Recruitment of THWs (1 week to 1 month)
Interviews and trial run for a month to assess training feasibility in individuals to be selected
Training of THWs (3 months)
Hands on training in identification of disease from patient’s history and clinical findings and investigations and creation of open-case-records (PHRs) for each of their patients
Classifying disease into NCD and CD
Apply information driven evidence based clinical problem solving
Learn various protocols guided by online evidence toward management of NCDs and CDs
Training to care for the whole patient and be driven by patient requirements rather than solely by disease requirements
Learn to communicate information obtained by them from the patients (as well as online-resources -validated by Global online experts) to the local physicians in the patient’s village
Learn to collaborate with the local physicians to develop a collaborative approach to patient care
Formative assessment through regular online interactions and documentations
THW workflow: (2 years)
THWs Screen individual rural and urban patients from different districts for NCDs and CDs.
THWs create detailed electronic health records of identified patients (after signed informed consent and HIPAA de-identification)
THWs share the records across a global participatory tele-healthcare learning ecosystem
THWs contact the ’local-doctors’ in their area and share inputs from the Global doctors on each patient and invite inputs and queries from the local-doctor and feed-back those to the global doctors
Obtain conversational and evidence based clinical decision support input to benefit those patients with the records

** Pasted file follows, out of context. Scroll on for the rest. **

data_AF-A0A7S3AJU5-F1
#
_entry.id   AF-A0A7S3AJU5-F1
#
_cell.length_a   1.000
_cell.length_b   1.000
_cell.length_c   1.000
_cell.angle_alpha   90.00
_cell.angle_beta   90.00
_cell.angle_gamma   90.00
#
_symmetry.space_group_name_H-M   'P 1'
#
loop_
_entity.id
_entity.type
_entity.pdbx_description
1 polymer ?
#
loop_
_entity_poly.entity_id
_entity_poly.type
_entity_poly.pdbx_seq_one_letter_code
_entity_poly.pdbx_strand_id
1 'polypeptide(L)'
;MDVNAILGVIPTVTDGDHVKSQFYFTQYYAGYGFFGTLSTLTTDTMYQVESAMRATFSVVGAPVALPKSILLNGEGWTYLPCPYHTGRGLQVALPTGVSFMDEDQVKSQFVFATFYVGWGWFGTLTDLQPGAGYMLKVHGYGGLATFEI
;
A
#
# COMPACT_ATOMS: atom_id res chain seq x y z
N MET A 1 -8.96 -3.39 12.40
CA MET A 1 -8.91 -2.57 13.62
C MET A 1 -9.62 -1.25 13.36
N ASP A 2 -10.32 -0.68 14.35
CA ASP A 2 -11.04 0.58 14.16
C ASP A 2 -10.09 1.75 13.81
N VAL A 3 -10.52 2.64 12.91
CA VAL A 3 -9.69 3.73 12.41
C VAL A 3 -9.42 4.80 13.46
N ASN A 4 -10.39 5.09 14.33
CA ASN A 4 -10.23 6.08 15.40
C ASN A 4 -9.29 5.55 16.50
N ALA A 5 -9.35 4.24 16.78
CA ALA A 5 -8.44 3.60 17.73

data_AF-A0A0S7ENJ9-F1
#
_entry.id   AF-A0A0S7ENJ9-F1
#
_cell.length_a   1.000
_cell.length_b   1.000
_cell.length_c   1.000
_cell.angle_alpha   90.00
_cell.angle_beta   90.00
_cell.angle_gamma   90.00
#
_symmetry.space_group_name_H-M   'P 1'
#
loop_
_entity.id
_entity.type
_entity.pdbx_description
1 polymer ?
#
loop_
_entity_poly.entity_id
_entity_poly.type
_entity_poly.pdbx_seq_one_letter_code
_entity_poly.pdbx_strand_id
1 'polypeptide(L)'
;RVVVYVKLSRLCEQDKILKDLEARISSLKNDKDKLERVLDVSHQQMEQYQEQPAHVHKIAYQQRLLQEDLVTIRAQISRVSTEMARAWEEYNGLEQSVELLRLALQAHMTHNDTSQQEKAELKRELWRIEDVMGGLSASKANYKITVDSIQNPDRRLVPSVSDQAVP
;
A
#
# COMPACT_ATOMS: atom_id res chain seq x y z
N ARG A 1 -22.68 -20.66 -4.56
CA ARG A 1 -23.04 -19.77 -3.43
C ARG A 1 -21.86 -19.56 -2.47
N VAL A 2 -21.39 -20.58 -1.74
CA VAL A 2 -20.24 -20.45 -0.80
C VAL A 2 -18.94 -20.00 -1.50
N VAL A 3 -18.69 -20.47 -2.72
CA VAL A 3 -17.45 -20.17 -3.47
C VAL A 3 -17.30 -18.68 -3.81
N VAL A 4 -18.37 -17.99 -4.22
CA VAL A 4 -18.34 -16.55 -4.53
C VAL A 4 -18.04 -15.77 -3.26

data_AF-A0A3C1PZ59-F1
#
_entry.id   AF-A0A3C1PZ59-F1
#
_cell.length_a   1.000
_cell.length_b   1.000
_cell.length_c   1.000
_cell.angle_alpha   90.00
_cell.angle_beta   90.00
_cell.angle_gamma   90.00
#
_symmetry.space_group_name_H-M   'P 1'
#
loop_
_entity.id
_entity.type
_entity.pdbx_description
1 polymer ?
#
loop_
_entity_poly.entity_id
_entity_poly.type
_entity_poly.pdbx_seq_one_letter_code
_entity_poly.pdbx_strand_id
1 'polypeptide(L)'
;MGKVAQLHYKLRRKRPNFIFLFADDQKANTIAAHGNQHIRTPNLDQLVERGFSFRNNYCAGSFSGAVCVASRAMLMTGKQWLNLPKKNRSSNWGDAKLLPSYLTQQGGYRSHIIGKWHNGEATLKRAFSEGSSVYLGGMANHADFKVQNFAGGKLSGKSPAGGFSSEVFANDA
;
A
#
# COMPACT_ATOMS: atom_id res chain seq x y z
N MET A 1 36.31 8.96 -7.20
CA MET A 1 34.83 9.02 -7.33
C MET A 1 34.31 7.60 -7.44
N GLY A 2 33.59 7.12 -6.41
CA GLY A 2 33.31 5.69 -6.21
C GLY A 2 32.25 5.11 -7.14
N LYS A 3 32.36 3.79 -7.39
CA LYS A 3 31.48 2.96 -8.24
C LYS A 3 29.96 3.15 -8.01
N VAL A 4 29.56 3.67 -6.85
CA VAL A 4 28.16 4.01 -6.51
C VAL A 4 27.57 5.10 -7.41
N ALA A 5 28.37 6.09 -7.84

Study design and Outcomes assessment (over 2 years)
This project will employ a case-study-design, integrating units of single-patient-case-studies that will be guided chiefly by the M-health specialist, doctors and research analysts covered by the project budget. They will thematically analyze individual patient records created by the THWs including their updates and prepare situational, problem-based, patient-case-studies based on the SOARC model linked here: http://www.qihub.scot.nhs.uk/knowledge-centre/quality-improvement-tools/case-study.aspx
They shall integrate similar single-patient-case-studies to achieve insights into suitable scale-able strategies that can best prevent and optimally manage such cases in future.
Situation (S of SOARC)
· What was the background to the current state?
· What was happening?
· What was the problem?
· How was this identified?
Sample illustration (from our current patient-records):
Simple Case-scenario (Trunkal Obesity with Diabetes):
A 35 year old man with trunkal obesity (abdominal circumference of 130 cm) and a strong family history of diabetes and heart attack is interviewed by our THW in the community and an electronic Personal health record PHR is created along with screening for diabetes and hypertension which are absent. He is found to have fasting blood glucose of 130 mg% and post prandial blood glucose of 200 mg% which establishes the diagnosis of diabetes for the first time. He is found to have a BP of 130/82 mm Hg. On ophthalmological examination he doesn’t have any evidence of diabetic retinopathy. His PHR created and updated by the THW serves as a platform to follow him up with 3 monthly preventive advice regarding diet and exercise to reduce his abdominal circumference and record his repeat weekly blood glucose for monitoring his diabetes and his weekly BP to detect the development of hypertension.
Complex Case-scenario (Diabetes with pain abdomen and diarrhoea and Paralysis of one leg)
A 35-year-old man was recently interviewed by our THW in LNMCH for registering into the PHR. This patient had previously presented to a community hospital with eighteen months of chronic abdominal pain. The pain was epigastric, mild, and associated with occasional diarrhoea. After being admitted to the hospital, the patient was diagnosed with Insulin-Dependent Diabetes Mellitus (IDDM) and was started on subcutaneous insulin injections. His condition improved and he was discharged. After a brief respite, he suffered from severe abdominal pain for which he returned to the Primary Health Centre nearest to his village. He was given an intramuscular injection of an unknown substance into the left gluteal region to relieve his pain.